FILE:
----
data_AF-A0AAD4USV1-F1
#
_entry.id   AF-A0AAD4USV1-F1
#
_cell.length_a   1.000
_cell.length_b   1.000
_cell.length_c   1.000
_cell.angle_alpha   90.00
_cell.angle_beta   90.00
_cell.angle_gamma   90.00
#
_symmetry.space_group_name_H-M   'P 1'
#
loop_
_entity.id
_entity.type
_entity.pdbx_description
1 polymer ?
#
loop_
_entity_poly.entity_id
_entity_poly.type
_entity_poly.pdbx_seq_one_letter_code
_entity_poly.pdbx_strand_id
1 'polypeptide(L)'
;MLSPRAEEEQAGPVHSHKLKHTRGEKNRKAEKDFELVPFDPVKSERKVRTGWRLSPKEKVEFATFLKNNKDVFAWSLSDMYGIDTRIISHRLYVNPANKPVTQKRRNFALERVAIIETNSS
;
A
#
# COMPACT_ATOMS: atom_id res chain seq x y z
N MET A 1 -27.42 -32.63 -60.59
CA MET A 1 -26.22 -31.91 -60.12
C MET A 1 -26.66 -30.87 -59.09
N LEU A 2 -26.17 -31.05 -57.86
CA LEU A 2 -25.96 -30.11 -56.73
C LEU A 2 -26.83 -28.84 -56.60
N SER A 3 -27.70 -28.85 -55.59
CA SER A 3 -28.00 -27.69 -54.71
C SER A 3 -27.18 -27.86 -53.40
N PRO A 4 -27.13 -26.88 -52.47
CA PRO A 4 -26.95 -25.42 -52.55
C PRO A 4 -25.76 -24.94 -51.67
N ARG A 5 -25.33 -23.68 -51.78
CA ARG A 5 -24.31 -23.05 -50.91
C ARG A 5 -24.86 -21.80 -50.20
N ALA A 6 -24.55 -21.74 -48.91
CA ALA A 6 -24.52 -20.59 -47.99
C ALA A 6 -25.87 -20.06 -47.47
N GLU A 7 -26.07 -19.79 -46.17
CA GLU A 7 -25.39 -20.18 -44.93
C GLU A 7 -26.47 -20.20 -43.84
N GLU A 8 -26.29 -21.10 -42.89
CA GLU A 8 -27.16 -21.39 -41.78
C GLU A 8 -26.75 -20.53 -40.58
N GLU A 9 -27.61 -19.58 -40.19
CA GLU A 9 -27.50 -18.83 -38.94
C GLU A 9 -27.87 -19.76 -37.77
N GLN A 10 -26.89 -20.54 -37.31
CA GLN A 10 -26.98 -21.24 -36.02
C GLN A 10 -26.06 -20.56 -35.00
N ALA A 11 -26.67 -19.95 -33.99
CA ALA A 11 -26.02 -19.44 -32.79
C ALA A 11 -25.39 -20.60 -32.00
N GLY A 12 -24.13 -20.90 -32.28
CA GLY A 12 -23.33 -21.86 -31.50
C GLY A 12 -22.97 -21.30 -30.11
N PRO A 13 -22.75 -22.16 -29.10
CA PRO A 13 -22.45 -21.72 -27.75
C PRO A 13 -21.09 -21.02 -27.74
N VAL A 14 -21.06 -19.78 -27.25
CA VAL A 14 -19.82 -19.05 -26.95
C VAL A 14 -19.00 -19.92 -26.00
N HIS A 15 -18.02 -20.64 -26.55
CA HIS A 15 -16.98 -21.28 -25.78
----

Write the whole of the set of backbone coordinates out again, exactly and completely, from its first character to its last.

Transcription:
data_AF-A0AAD4USV1-F1
#
_entry.id   AF-A0AAD4USV1-F1
#
_cell.length_a   1.000
_cell.length_b   1.000
_cell.length_c   1.000
_cell.angle_alpha   90.00
_cell.angle_beta   90.00
_cell.angle_gamma   90.00
#
_symmetry.space_group_name_H-M   'P 1'
#
loop_
_entity.id
_entity.type
_entity.pdbx_description
1 polymer ?
#
loop_
_entity_poly.entity_id
_entity_poly.type
_entity_poly.pdbx_seq_one_letter_code
_entity_poly.pdbx_strand_id
1 'polypeptide(L)'
;MLSPRAEEEQAGPVHSHKLKHTRGEKNRKAEKDFELVPFDPVKSERKVRTGWRLSPKEKVEFATFLKNNKDVFAWSLSDMYGIDTRIISHRLYVNPANKPVTQKRRNFALERVAIIETNSS
;
A
#
# COMPACT_ATOMS: atom_id res chain seq x y z
N MET A 1 -27.42 -32.63 -60.59
CA MET A 1 -26.22 -31.91 -60.12
C MET A 1 -26.66 -30.87 -59.09
N LEU A 2 -26.17 -31.05 -57.86
CA LEU A 2 -25.96 -30.11 -56.73
C LEU A 2 -26.83 -28.84 -56.60
N SER A 3 -27.70 -28.85 -55.59
CA SER A 3 -28.00 -27.69 -54.71
C SER A 3 -27.18 -27.86 -53.40
N PRO A 4 -27.13 -26.88 -52.47
CA PRO A 4 -26.95 -25.42 -52.55
C PRO A 4 -25.76 -24.94 -51.67
N ARG A 5 -25.33 -23.68 -51.78
CA ARG A 5 -24.31 -23.05 -50.91
C ARG A 5 -24.86 -21.80 -50.20
N ALA A 6 -24.55 -21.74 -48.91
CA ALA A 6 -24.52 -20.59 -47.99
C ALA A 6 -25.87 -20.06 -47.47
N GLU A 7 -26.07 -19.79 -46.17
CA GLU A 7 -25.39 -20.18 -44.93
C GLU A 7 -26.47 -20.20 -43.84
N GLU A 8 -26.29 -21.10 -42.89
CA GLU A 8 -27.16 -21.39 -41.78
C GLU A 8 -26.75 -20.53 -40.58
N GLU A 9 -27.61 -19.58 -40.19
CA GLU A 9 -27.50 -18.83 -38.94
C GLU A 9 -27.87 -19.76 -37.77
N GLN A 10 -26.89 -20.54 -37.31
CA GLN A 10 -26.98 -21.24 -36.02
C GLN A 10 -26.06 -20.56 -35.00
N ALA A 11 -26.67 -19.95 -33.99
CA ALA A 11 -26.02 -19.44 -32.79
C ALA A 11 -25.39 -20.60 -32.00
N GLY A 12 -24.13 -20.90 -32.28
CA GLY A 12 -23.33 -21.86 -31.50
C GLY A 12 -22.97 -21.30 -30.11
N PRO A 13 -22.75 -22.16 -29.10
CA PRO A 13 -22.45 -21.72 -27.75
C PRO A 13 -21.09 -21.02 -27.74
N VAL A 14 -21.06 -19.78 -27.25
CA VAL A 14 -19.82 -19.05 -26.95
C VAL A 14 -19.00 -19.92 -26.00
N HIS A 15 -18.02 -20.64 -26.55
CA HIS A 15 -16.98 -21.28 -25.78